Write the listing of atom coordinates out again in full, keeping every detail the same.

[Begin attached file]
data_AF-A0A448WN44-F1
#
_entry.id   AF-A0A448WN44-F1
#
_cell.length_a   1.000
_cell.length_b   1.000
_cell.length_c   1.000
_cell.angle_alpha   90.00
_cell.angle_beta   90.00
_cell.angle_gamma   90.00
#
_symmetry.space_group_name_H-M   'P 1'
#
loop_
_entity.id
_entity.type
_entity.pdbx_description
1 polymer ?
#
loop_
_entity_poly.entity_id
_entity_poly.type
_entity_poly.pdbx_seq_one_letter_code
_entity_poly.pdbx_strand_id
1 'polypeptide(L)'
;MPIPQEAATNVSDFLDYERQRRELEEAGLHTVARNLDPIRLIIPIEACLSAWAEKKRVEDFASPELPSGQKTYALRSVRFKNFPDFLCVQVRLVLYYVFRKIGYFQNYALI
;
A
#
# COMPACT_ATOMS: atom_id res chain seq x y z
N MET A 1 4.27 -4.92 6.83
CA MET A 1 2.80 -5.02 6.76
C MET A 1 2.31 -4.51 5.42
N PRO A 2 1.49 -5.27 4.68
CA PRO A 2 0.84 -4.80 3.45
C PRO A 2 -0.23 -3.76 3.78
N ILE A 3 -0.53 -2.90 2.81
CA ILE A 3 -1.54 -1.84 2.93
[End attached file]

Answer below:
data_AF-A0A448WN44-F1
#
_entry.id   AF-A0A448WN44-F1
#
_cell.length_a   1.000
_cell.length_b   1.000
_cell.length_c   1.000
_cell.angle_alpha   90.00
_cell.angle_beta   90.00
_cell.angle_gamma   90.00
#
_symmetry.space_group_name_H-M   'P 1'
#
loop_
_entity.id
_entity.type
_entity.pdbx_description
1 polymer ?
#
loop_
_entity_poly.entity_id
_entity_poly.type
_entity_poly.pdbx_seq_one_letter_code
_entity_poly.pdbx_strand_id
1 'polypeptide(L)'
;MPIPQEAATNVSDFLDYERQRRELEEAGLHTVARNLDPIRLIIPIEACLSAWAEKKRVEDFASPELPSGQKTYALRSVRFKNFPDFLCVQVRLVLYYVFRKIGYFQNYALI
;
A
#
# COMPACT_ATOMS: atom_id res chain seq x y z
N MET A 1 4.27 -4.92 6.83
CA MET A 1 2.80 -5.02 6.76
C MET A 1 2.31 -4.51 5.42
N PRO A 2 1.49 -5.27 4.68
CA PRO A 2 0.84 -4.80 3.45
C PRO A 2 -0.23 -3.76 3.78
N ILE A 3 -0.53 -2.90 2.81
CA ILE A 3 -1.54 -1.84 2.93